Hey Blerdy Tribe!! It’s Monday once again and I want to kick off the week with some melanin friendly games! If this is your first time here at Blerdy Otome, welcome!
Every Monday I spotlight video games that focus on stories surrounding more diverse casts of characters—for folks like me looking for a bit more representation in their games. Video games are for everyone, so shouldn’t their stories and characters be just as diverse as the people that play them? So I created this series to celebrate games that strive to tell much more diverse stories centering on Black and Brown individuals. But, I welcome all diversity and the series has expanded to include games featuring LGBTQIA rep and characters from other underrepresented groups.
So, if you’re interested in seeing previous melanin friendly games posts, click HERE. This week, I’m spotlighting the sci-fi visual novel, The Sky Left Us, from Ratworm Games.
Planet Zé is characterized by a tiered atmosphere and similarly hierarchal caste system. High up on the mountain there is the Clear — breathable air, but no rich soil. At the base lies the poisonous Miasma, a smog filled with monstrous insects and natural resources. Between the Miasma and Clear is the Haze, a semi-livable fog, and tenable soil for agriculture.
The Sunken mine the Miasma in fog suits and grow the food for the mountain. Above, the Peakborn lead, protect, and develop. Between, the Unmoored trade resources and migrate on floating raft-cities.
Usually isolated from the other inhabited planets of the galaxy, the Zénese have nevertheless welcomed off-worlder scientists with project Clear Skies, a technology to change the weather and rewrite the atmosphere. But improving the air conditions for the Sunken is more complicated than it first seems, and grad student Spire Risan finds themselves deep in the mire of culture and power, and the climate that shapes it.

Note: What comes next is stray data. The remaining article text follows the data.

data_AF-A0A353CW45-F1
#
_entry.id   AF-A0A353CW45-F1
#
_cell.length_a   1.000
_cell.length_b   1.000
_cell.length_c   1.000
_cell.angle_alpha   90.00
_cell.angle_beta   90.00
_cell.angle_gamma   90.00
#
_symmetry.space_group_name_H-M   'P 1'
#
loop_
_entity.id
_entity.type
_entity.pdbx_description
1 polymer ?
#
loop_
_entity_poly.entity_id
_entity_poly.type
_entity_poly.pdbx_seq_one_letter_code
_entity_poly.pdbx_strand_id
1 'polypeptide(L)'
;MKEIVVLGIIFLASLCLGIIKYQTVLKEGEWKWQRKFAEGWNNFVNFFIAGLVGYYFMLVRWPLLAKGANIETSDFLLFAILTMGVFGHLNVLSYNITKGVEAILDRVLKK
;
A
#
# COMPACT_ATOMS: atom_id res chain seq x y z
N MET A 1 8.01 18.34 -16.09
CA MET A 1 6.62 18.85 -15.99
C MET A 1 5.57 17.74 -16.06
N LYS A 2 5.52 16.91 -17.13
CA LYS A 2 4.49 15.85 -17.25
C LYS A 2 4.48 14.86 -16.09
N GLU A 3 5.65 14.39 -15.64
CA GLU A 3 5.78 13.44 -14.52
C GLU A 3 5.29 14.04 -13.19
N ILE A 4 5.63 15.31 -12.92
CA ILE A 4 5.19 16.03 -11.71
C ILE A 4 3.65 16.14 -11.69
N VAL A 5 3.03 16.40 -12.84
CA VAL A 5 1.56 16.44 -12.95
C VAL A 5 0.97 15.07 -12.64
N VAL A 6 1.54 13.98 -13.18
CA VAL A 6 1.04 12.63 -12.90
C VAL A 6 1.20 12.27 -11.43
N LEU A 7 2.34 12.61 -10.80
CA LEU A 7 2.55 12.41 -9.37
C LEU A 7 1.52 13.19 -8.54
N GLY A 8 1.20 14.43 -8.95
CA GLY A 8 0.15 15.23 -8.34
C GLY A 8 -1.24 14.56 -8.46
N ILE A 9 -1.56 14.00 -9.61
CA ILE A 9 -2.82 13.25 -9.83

In the game you play as Spire Risan, an off-worlder scientist who becomes entangled in the drama of a mountain they came here to save. The character is a graduate student working to develop climate technology and find themselves way over their head as they attempt to make large scale environmental change. Spire identifies as non binary, which sets The Sky Left Us apart from other visual novels that tend to lean towards either male or female protagonists. In the game, Spire falls in with the denizens of the three castes, and finds that things are more complicated than they seem: be it love, family, or the systems that shape us.
There are four character routes to pursue, culminating in a true route that wraps up the events of the game. After the Kickstarter, two additional routes were unlocked: the Diver and the Pirate route (a polyamorus romance option).
The Sky Left Us is a queer positive visual novel about climate change, classism, and how relationships shape our politics; and if that isn’t the most late 2000’s game premise I don’t know what is! It have that sweet LGBTQIA representation, BIPOC characters, and it even tackles highly politicized issues—this is the game of our age! Its an interesting premise and an ambitious debut for an indie game studio, but from what I’ve seen in the demo, Ratworm Games is more than capable of pulling this off. The game has a fully realized world with its own unique social and political structure that is built into the narrative of the story giving the overall game much more depth.
Then you have this wonderfully diverse cast of characters—there is just so much MELANIN in this game and it makes my blerdy heart go doki doki~ And let us not forget all the delicious LGBTQIA representation! I love that The Sky Left Us is helmed by a Black non binary character and that just opens the story up to an often underrepresented perspective. The rest of the cast is made up of queer and BIPOC characters, each of whom bring their own unique perspectives and worldviews to the story. Each embodies a different aspect of this world and it will be very interesting to see how the games tackles the complex political and social issues through the eyes of such a nuanced cast of characters.